By Julian Bajkowski
The Gillard government has finally released the text of the proposed Constitutional amendment to give financial recognition to local government, with Opposition spokesman on local government Barnaby Joyce emphatically backing the case for change in the face of a fresh Coalition rupture on the issue.
After weeks of intense horse-trading, Local Government Minister Anthony Albanese announced that the text of the proposed amendment to be put to a referendum on 14th September a week after the Prime Minister’s Office confirmed the poll.
The proposed change to Section 96 of the Constitution will read: “Financial assistance to states and local government bodies. During a period of ten years and after the establishment of the commonwealth and thereafter until the parliament otherwise provides, the parliament may grant financial assistance to any state, or to any local government body formed by a law of a state.”
Mr Albanese said the government had “gone out of our way to get the broadest possible support” for the change and that concerns had been taken on board.”
Despite the official and up-front bipartisan support for the Constitutional change, which must first be put to a referendum to be held on the same day of the election, a number of Coalition MPs are – at least two – are understood to be willing to cross the floor on the issue when it comes to a vote in the Lower House.
The Opposition’s dissenting votes against the legislation to enable the referendum essentially will have little more than a symbolic impact because of support from both independent MPs and the Coalition’s backers for change.
But the intensity of the dissent from some Coalition members is such that Senator Joyce was prompted to explain the cleavage as a victory for diversity – rather than a split.
“The Coalition will support it,” Senator Joyce said. “It is very important that we note that within the Coalition there will be a no case mounted because we believe in the democratic right of people and I acknowledge quite openly that there are strong feelings within the Coalition that are against the referendum.”
“That is fair to say and those people need their rights respected. No doubt through the course of the debate we will be clearly ventilating their views. I’m not afraid of that in any way, shape or form. It has always been my belief that if you have a clear view that is well premised, that you strongly hold, then you should be entitled to ventilate that view.”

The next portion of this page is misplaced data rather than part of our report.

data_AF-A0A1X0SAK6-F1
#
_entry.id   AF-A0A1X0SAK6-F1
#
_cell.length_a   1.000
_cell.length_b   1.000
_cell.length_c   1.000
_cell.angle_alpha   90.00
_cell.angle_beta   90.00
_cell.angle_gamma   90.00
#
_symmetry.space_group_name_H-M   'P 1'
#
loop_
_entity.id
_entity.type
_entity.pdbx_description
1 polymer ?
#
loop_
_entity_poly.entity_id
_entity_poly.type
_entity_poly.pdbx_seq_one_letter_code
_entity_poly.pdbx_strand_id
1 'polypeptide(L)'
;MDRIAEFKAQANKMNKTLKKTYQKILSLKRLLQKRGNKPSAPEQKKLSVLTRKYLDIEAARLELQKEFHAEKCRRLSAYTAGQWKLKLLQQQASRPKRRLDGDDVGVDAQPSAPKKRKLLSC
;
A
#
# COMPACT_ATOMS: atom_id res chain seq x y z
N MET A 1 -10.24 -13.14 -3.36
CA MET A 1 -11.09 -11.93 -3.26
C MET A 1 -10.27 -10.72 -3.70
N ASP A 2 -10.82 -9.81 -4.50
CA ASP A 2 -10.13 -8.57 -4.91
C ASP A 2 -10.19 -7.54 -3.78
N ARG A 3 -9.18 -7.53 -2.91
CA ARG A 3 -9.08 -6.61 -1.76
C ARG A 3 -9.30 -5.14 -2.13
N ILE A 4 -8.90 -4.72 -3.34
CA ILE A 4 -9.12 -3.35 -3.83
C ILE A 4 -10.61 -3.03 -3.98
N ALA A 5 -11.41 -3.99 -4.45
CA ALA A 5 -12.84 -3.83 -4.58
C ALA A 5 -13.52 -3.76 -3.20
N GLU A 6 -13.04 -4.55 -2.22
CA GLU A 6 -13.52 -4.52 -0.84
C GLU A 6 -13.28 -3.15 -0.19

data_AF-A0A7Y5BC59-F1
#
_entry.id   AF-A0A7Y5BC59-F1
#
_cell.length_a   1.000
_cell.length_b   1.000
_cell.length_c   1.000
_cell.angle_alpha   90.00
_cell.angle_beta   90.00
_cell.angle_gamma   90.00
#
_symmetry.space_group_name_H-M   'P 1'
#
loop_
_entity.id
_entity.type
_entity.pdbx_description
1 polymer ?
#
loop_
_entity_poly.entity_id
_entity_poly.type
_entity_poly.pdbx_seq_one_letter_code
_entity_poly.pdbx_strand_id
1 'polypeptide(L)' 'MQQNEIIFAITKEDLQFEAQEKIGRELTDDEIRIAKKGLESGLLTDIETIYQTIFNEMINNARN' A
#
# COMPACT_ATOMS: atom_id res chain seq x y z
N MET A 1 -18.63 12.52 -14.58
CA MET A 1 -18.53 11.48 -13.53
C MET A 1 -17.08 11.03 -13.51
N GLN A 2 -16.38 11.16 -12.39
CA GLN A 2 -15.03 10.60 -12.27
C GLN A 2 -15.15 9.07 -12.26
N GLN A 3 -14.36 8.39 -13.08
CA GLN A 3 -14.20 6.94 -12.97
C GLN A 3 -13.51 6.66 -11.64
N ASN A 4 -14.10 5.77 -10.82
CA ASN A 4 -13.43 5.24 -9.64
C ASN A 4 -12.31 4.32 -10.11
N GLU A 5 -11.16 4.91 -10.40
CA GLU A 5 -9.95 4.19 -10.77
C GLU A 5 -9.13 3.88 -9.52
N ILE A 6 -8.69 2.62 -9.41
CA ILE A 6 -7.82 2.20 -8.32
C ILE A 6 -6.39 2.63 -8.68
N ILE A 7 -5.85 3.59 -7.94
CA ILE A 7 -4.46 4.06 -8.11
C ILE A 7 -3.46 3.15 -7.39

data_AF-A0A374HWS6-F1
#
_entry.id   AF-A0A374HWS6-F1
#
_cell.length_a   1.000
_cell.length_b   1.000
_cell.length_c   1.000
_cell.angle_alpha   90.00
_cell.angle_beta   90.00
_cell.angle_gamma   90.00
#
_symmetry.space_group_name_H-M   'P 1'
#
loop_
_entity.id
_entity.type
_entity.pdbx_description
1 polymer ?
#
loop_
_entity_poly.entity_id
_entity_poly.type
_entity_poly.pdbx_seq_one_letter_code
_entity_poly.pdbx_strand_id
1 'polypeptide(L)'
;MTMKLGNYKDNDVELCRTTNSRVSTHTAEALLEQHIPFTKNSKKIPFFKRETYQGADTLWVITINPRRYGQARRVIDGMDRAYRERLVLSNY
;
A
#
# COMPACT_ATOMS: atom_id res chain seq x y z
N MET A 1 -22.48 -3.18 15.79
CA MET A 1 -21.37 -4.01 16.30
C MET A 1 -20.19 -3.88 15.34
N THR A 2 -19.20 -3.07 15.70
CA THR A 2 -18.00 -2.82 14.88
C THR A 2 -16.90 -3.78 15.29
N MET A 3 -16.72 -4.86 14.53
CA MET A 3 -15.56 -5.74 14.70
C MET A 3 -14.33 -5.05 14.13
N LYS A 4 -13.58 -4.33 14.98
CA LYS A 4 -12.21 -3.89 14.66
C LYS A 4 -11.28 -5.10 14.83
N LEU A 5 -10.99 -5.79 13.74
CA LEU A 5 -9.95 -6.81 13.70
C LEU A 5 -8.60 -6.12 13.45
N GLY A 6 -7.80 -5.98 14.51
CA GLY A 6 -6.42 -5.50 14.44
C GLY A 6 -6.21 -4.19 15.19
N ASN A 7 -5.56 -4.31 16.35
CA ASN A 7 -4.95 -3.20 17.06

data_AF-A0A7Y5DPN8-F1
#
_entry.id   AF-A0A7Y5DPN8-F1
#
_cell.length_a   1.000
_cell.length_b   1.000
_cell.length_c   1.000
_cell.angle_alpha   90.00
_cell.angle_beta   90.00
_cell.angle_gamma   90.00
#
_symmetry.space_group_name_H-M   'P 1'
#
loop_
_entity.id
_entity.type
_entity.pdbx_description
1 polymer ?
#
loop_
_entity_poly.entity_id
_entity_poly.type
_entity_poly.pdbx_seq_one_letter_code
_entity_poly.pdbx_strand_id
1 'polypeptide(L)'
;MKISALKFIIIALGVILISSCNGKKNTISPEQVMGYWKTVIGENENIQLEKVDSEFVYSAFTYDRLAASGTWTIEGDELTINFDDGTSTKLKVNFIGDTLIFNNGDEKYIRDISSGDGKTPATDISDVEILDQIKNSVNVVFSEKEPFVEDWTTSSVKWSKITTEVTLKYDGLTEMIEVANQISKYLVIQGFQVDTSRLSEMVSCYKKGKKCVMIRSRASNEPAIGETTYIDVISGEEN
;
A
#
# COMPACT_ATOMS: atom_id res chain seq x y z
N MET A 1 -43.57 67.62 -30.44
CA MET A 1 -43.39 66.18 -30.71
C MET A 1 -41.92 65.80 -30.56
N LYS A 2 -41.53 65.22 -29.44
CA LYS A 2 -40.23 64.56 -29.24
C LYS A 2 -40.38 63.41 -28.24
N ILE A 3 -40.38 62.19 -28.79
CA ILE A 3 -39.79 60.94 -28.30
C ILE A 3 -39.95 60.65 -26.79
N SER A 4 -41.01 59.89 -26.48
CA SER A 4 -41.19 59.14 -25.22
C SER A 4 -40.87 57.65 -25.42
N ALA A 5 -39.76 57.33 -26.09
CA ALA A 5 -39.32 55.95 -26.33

Attorney-General Mark Dreyfus was more optimistic. He said the majority of Australians would be amazed local government wasn’t already mentioned in the Constitution.
Mr Dreyfus said funding flows would not change and that these needed to be future-proofed against a challenge in the High Court.
Just over $10 million in federal funds has been allocated to an education campaign to promote the differing cases.
The Australian Local Government Association (ALGA) welcomed the release of the draft constitutional amendment bill which it said outlined “a small and pragmatic change to the Constitution to include local government."
The local government peak body called on the Opposition to support the legislation.
"Including local government in the Constitution is about securing federal funding for vital local services and infrastructure for communities across the country," ALGA Vice President, Troy Pickard said.
"Without financial recognition in the Constitution, programs such as Roads to Recovery are at risk of High Court challenge and neither councils nor communities can afford that risk.”
Senator Joyce said that it was “extremely important that people understand that state governments will still have the right to form local governments, remove local governments, amalgamate local governments”
“There is nothing the local government can do to collect money from the federal government that isn’t authorised by the state. That is the caveat that is clearly placed in the amendment to Section 96 -that unless there is the authority of the state, you cannot do it.”
The National’s leader in the Senate said that he hoped that the form of words for the amendment placated “the well-held fears about the usurping of states’ rights by local government.”
“This clearly says local governments won’t be able to do anything unless the states allow it.”
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